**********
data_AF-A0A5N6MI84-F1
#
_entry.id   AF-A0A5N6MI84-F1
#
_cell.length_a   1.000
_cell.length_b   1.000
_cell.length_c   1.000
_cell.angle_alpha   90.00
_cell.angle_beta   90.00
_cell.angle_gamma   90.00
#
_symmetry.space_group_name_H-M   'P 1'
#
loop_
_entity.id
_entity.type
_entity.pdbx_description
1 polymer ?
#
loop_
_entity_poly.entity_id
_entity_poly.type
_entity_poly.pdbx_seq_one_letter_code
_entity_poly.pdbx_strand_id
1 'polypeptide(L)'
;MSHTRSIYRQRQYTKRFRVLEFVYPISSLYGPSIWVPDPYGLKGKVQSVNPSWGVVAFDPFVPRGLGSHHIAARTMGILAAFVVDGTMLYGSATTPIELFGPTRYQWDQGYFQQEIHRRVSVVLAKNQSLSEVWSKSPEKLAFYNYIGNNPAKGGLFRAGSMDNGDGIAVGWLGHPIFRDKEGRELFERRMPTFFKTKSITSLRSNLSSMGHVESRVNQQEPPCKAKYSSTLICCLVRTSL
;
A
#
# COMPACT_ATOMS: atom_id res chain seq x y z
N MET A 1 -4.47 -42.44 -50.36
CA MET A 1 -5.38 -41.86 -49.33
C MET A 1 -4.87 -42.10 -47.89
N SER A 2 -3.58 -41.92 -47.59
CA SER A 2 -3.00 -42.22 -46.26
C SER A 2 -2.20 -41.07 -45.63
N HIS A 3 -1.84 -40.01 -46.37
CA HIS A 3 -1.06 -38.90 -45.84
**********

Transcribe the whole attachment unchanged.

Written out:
data_AF-A0A5N6MI84-F1
#
_entry.id   AF-A0A5N6MI84-F1
#
_cell.length_a   1.000
_cell.length_b   1.000
_cell.length_c   1.000
_cell.angle_alpha   90.00
_cell.angle_beta   90.00
_cell.angle_gamma   90.00
#
_symmetry.space_group_name_H-M   'P 1'
#
loop_
_entity.id
_entity.type
_entity.pdbx_description
1 polymer ?
#
loop_
_entity_poly.entity_id
_entity_poly.type
_entity_poly.pdbx_seq_one_letter_code
_entity_poly.pdbx_strand_id
1 'polypeptide(L)'
;MSHTRSIYRQRQYTKRFRVLEFVYPISSLYGPSIWVPDPYGLKGKVQSVNPSWGVVAFDPFVPRGLGSHHIAARTMGILAAFVVDGTMLYGSATTPIELFGPTRYQWDQGYFQQEIHRRVSVVLAKNQSLSEVWSKSPEKLAFYNYIGNNPAKGGLFRAGSMDNGDGIAVGWLGHPIFRDKEGRELFERRMPTFFKTKSITSLRSNLSSMGHVESRVNQQEPPCKAKYSSTLICCLVRTSL
;
A
#
# COMPACT_ATOMS: atom_id res chain seq x y z
N MET A 1 -4.47 -42.44 -50.36
CA MET A 1 -5.38 -41.86 -49.33
C MET A 1 -4.87 -42.10 -47.89
N SER A 2 -3.58 -41.92 -47.59
CA SER A 2 -3.00 -42.22 -46.26
C SER A 2 -2.20 -41.07 -45.63
N HIS A 3 -1.84 -40.01 -46.37
CA HIS A 3 -1.06 -38.90 -45.84